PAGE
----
British ''urbanist" sees revival in the Twin Cities

British urbanist Charles Landry recaps his experience touring the Twin Cities as part of weeklong residency, sponsored in part by Twin Cities LISC. Afer meeting a wide array of local urban changemakers, and applying his principles of city vitality to our reality, Landry draws some conclusions about how our towns can thrive in the coming decades.

Urbanist Charles Landry on the Twin Cities: Reknit the urban fabric, learn to brag

22 Jan 2013 - Jay Walljasper, The Line

Excerpt:

Early in the weeklong residency of British urban strategist Charles Landry last spring exploring the region’s prospects for the 21st century, he fired a round of provocative queries to the crowd at the Cowles Center for Dance and the Performing Arts in downtown Minneapolis: What is it that makes a great neighborhood, city or region in the Twin Cities? What level of openness and closed-ness do you find here? What do you find here that seems to say “Yes”? And what declares “No!”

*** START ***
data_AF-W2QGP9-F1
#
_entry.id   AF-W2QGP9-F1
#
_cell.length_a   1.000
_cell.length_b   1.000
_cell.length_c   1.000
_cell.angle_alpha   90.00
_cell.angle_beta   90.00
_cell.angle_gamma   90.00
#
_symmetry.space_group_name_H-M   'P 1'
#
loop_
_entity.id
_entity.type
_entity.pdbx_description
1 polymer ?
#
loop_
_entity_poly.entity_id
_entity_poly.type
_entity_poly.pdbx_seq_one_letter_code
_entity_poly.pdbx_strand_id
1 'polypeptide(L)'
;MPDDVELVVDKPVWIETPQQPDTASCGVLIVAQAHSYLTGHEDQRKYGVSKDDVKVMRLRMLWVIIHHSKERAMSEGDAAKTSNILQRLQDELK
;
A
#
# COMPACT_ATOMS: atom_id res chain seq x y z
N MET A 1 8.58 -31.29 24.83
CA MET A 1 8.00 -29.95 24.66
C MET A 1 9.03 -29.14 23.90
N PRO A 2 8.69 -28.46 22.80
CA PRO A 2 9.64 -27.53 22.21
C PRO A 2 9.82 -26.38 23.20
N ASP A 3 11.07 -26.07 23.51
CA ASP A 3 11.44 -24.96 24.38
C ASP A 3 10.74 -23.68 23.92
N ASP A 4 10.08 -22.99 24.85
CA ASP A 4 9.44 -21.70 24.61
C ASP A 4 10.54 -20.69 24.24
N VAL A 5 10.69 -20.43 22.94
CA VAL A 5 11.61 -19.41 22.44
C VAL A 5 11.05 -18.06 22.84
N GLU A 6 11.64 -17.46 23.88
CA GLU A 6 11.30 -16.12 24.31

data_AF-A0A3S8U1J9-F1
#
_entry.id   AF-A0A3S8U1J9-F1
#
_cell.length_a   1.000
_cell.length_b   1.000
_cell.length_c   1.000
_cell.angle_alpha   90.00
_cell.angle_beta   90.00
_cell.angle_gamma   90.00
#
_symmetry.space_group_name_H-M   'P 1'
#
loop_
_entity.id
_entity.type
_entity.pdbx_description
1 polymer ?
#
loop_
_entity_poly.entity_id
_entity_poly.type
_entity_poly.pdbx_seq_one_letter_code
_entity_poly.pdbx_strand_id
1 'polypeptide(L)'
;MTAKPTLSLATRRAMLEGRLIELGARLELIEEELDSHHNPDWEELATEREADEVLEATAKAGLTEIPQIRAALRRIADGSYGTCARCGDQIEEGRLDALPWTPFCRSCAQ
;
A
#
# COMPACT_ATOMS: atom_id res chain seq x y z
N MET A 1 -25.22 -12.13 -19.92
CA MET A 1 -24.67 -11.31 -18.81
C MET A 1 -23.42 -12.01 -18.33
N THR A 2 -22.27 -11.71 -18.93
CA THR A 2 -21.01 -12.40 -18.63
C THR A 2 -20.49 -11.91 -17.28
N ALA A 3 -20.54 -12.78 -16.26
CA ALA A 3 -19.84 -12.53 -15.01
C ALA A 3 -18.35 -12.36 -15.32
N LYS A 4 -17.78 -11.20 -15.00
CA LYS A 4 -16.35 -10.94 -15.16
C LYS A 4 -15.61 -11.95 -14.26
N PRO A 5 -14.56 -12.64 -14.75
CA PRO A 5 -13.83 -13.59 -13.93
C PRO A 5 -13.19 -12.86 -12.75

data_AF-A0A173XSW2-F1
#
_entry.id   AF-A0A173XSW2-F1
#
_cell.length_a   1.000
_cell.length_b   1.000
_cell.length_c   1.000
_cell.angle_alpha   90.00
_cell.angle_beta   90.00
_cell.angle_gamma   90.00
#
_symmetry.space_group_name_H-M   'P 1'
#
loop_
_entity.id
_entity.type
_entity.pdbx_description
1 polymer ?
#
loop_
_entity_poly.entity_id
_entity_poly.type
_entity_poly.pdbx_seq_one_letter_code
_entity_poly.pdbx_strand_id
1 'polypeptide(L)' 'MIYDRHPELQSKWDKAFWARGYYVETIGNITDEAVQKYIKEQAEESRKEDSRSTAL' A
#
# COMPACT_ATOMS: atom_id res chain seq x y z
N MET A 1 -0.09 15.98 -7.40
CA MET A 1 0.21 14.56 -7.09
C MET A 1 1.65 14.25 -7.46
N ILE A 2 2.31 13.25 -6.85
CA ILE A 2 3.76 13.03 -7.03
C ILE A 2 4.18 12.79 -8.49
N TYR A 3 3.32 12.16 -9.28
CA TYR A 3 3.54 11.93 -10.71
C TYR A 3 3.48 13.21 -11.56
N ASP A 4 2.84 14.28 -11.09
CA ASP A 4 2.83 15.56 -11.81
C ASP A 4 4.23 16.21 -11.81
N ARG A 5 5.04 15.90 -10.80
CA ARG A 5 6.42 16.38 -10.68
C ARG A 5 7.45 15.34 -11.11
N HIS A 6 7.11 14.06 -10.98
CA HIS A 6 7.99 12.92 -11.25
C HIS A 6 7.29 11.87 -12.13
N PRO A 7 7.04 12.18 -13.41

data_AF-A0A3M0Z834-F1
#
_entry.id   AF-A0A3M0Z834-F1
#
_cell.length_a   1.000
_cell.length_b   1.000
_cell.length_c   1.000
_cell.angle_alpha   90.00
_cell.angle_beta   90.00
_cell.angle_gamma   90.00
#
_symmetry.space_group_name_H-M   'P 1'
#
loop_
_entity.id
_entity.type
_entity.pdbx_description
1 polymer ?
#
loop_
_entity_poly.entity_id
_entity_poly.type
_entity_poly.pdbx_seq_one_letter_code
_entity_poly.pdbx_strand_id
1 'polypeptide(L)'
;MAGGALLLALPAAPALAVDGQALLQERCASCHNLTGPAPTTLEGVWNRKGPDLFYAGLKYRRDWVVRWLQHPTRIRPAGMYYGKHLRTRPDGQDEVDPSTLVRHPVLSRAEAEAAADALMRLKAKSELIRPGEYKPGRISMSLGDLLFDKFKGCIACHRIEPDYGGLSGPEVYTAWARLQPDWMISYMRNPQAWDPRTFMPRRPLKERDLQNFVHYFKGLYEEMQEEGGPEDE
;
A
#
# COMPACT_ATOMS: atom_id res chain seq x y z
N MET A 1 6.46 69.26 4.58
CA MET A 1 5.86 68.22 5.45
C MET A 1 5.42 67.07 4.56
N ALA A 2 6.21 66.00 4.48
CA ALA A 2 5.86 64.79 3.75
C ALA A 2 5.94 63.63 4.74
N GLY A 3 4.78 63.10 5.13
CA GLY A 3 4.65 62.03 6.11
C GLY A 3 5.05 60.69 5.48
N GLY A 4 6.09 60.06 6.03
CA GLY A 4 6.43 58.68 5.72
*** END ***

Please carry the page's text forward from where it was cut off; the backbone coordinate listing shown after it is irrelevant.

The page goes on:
He spent a week investigating the area’s creative potential in more than two dozen events and meetings, covering both downtowns, Frogtown, the West Bank, North Minneapolis, the new light rail corridor, the Festival of Nations, a Twins game, and meals with ethnic community leaders, neighborhood activists and business people. (The sponsors of Landry’s residency reflect a creatively rich stew of local connections: the Twin Cities Local Initiatives Support Corporation (LISC), the Ethnic Cultural Tourism Destinations Collaborative, the St. Paul Riverfront Corporation, and the Hennepin Theatre Trust with support from three government bodies, the McKnight Foundation, the St. Paul Foundation, and the Central Corridor Funders Collaborative.)

I checked in with Landry, who was back home in England, to hear what he thought about the Twin Cities after his first impressions had time to settle. He was generally positive, with a few caveats—and I'll get to his observations in a moment. Continued[+]...

> Read the full article in the online magazine, The Line.

> Visit the Twin Cities LISC website

Article Type: News